This paper aims to offer a nuanced understanding of overheating in the workplace by emphasising the context specificity of a building and its environment as experienced by its users. It reinforces the strong associations between thermal comfort, overall comfort and perceived productivity in the workspace.
A comparative examination of seven mixed-mode buildings in India and Australia demonstrates that it is possible to deliver thermally efficient workspaces that satisfy the requirements of comfort using effective mixed mode conditioning. To do so requires a climate-interactive approach, which is in contrast to an energy-intensive, climate-rejecting approach that relies on year-round AC to mitigate overheating.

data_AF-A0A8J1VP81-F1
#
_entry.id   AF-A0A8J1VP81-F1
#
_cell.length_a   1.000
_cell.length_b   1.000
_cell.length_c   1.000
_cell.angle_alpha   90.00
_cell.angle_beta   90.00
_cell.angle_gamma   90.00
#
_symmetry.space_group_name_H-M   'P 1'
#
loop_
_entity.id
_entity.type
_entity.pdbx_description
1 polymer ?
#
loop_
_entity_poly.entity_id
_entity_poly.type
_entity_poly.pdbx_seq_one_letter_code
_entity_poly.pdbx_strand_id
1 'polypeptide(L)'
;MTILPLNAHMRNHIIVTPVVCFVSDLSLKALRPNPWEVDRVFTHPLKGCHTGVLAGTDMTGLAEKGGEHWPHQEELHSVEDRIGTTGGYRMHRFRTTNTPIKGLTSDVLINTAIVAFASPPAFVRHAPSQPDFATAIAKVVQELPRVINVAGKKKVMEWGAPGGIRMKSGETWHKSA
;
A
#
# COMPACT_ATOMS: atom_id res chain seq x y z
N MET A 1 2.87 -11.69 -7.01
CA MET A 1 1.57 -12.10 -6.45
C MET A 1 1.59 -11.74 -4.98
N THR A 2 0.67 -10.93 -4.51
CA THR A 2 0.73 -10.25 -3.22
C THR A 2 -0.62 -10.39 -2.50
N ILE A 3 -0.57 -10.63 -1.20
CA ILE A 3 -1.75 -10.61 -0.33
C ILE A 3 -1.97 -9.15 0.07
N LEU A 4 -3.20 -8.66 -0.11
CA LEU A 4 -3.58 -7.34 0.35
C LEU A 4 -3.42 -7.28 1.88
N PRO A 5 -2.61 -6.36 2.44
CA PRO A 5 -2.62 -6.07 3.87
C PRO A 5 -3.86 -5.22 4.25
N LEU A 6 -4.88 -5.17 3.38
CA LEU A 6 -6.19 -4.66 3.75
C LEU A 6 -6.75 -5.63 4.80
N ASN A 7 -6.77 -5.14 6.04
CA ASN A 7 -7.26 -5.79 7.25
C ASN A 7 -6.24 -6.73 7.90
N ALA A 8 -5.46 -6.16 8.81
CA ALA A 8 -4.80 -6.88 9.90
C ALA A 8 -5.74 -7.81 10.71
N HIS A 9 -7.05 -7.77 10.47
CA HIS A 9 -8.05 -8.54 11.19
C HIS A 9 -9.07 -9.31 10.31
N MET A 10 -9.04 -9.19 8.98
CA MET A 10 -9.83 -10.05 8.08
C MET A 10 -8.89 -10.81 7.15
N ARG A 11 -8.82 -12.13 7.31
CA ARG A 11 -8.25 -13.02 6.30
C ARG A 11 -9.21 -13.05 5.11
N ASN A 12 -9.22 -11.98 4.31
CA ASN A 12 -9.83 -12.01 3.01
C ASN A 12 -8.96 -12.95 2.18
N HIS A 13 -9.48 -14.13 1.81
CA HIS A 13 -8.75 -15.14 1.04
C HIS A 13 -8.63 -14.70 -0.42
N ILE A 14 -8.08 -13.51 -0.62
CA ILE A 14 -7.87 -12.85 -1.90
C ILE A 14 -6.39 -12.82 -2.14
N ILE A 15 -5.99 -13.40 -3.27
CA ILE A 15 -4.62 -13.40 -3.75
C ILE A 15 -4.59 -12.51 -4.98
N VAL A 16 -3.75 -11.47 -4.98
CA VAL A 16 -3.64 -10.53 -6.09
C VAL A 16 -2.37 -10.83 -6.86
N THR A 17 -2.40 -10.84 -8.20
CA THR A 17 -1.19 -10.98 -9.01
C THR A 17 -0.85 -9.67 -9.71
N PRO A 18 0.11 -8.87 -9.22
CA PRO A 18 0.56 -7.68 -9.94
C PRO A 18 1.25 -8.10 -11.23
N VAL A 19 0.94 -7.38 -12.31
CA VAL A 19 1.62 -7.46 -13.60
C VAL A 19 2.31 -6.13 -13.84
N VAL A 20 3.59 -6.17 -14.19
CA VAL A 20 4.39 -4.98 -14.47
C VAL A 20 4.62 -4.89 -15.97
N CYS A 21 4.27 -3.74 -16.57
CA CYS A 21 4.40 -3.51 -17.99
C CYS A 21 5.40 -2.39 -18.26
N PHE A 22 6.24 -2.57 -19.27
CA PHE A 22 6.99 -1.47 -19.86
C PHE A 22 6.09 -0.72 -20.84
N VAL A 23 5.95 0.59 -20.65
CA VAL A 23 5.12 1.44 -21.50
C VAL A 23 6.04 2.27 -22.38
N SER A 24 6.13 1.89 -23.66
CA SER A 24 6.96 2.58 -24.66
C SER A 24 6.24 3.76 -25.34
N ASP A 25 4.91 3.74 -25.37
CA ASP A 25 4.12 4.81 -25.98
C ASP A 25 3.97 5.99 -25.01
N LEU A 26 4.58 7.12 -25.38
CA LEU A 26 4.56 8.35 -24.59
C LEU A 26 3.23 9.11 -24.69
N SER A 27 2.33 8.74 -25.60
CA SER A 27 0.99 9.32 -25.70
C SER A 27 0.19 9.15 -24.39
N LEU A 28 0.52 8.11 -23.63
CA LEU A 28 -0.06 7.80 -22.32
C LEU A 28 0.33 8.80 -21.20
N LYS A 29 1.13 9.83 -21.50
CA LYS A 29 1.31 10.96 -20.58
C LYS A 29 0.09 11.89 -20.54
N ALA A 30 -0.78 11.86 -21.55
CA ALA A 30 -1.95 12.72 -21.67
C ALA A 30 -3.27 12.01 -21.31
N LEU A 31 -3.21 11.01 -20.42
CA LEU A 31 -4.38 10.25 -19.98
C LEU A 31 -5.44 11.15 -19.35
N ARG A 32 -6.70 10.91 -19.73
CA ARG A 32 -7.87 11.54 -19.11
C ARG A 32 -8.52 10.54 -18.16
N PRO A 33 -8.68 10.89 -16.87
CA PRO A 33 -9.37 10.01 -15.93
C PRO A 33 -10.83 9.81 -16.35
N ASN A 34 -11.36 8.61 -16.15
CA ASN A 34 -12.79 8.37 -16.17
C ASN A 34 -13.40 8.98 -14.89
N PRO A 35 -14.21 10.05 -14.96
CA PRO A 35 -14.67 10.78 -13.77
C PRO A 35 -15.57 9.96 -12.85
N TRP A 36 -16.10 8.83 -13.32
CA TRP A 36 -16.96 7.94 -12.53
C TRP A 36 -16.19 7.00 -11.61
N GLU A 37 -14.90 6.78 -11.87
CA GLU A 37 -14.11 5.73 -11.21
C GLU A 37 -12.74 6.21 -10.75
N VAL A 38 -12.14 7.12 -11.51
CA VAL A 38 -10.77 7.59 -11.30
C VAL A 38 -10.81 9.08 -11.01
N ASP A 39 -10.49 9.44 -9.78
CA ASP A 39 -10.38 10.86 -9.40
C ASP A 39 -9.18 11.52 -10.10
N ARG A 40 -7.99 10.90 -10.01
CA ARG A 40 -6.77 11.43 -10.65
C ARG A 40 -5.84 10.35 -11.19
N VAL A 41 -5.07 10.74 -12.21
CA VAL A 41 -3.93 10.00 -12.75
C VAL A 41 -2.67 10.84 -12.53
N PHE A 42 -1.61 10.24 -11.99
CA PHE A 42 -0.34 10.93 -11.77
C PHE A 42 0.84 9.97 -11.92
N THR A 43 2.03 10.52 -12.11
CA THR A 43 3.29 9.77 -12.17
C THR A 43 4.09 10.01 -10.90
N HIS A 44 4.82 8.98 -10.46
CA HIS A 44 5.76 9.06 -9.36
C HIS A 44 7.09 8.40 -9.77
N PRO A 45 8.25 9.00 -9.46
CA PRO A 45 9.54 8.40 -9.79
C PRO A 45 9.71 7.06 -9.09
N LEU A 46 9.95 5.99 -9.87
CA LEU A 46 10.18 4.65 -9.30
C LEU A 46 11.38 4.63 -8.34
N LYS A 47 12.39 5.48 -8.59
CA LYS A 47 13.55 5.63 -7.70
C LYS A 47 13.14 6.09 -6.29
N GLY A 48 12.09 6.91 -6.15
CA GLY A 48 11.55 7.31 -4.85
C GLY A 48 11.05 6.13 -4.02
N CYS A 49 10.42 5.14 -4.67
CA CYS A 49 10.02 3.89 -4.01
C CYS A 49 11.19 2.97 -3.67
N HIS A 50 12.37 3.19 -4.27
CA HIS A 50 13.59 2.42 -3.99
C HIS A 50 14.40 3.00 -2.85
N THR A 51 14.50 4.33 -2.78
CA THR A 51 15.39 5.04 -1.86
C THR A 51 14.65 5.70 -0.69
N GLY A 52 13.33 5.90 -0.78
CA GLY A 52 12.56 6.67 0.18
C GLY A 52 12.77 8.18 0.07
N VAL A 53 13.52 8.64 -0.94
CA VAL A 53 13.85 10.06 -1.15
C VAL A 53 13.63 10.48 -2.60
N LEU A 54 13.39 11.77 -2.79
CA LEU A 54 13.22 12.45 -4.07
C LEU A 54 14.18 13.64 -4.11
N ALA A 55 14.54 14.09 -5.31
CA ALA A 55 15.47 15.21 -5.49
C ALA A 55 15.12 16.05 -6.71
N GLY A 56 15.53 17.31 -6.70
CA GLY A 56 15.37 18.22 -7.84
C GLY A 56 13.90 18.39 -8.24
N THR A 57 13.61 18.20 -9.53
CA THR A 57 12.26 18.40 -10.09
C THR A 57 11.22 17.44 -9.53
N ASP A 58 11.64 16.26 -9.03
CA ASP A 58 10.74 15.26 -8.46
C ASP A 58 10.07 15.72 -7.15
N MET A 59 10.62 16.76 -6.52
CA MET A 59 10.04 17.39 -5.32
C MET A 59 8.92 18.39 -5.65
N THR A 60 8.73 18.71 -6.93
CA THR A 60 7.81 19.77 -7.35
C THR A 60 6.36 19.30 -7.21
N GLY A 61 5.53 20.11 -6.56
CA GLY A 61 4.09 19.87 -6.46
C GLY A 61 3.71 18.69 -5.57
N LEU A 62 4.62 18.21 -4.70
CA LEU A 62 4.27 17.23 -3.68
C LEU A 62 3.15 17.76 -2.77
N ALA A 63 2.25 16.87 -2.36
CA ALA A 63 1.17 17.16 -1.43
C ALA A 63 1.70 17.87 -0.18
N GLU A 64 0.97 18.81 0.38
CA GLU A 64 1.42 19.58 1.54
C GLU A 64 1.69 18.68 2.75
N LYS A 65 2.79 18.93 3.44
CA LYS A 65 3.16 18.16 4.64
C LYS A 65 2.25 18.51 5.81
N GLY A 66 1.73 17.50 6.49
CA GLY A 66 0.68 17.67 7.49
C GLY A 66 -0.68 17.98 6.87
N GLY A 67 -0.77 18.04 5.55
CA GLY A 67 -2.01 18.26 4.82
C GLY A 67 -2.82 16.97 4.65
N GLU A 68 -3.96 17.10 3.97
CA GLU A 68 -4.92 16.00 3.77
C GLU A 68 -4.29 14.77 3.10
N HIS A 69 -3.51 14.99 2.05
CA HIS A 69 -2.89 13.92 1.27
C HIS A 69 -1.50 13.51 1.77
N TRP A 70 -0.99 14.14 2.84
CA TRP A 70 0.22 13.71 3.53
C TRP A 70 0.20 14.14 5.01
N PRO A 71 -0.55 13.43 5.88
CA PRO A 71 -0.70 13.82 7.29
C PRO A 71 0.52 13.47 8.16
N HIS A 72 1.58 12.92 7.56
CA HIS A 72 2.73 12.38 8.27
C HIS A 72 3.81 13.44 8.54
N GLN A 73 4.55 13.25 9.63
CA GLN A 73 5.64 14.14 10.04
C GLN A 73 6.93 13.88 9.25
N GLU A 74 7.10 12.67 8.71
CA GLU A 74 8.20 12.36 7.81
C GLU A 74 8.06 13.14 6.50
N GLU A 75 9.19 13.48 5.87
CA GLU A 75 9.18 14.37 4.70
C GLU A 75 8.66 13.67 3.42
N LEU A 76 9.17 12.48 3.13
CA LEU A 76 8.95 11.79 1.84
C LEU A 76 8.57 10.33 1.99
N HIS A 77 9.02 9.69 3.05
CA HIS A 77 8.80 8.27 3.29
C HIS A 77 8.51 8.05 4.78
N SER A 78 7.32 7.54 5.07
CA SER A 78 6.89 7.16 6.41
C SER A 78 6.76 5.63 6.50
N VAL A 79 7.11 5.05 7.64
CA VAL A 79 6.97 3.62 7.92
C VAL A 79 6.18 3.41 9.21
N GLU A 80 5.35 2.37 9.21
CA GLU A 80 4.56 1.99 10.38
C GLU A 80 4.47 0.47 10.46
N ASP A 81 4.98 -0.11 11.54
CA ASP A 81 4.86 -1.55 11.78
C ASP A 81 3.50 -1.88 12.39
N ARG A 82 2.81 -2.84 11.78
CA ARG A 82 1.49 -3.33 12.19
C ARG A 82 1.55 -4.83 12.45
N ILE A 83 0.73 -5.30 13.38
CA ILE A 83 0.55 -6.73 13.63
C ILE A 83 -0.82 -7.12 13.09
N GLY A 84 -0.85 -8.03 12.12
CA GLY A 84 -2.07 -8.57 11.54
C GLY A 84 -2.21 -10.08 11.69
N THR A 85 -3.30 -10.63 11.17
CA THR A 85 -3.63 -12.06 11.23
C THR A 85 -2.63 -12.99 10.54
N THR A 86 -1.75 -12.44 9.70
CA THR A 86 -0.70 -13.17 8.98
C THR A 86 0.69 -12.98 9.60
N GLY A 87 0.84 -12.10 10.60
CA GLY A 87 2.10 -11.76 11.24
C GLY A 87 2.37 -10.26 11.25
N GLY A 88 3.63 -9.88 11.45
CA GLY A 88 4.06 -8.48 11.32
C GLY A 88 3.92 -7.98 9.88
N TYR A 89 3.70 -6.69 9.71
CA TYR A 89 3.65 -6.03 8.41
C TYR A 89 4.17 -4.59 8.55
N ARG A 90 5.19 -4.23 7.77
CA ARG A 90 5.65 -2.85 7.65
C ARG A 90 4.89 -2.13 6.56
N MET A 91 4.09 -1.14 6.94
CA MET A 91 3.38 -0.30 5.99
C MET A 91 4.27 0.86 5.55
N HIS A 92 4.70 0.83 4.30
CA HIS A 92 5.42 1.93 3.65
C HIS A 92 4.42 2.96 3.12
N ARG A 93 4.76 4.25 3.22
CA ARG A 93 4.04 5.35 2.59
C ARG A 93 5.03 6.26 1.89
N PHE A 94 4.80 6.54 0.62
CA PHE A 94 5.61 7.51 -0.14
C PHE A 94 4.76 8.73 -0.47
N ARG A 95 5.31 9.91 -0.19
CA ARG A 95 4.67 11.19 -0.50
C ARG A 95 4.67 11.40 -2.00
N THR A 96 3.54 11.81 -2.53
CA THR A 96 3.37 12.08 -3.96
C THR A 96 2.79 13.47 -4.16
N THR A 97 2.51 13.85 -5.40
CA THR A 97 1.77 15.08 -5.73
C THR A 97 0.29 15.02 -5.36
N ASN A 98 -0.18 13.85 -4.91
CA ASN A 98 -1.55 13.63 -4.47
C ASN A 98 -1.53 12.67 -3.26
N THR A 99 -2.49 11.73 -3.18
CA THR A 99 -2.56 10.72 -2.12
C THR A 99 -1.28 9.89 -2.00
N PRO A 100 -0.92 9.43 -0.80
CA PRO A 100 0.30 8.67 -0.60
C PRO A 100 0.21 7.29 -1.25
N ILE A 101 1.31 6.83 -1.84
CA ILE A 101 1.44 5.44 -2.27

Of the mixed-mode buildings studied, those that use effective air-conditioning when and where necessary received the highest comfort assessments, resulting in greater perceived productivity. An integrated approach is found to be crucial for mitigating overheating and design realisation. This is particularly critical in active controlled buildings where users exercise little control or perceive limited adaptive opportunities.
On the other hand, the study findings from three of the buildings suggest occupants can be more forgiving of some discomfort from overheating in situations where other aspects ‘work well’ and they enjoy an adaptive environment that includes climate-interactive features such as daylight and increased airflow.
This paper was published in Building Research and Information: the international journal of research, development and demonstration in 2017.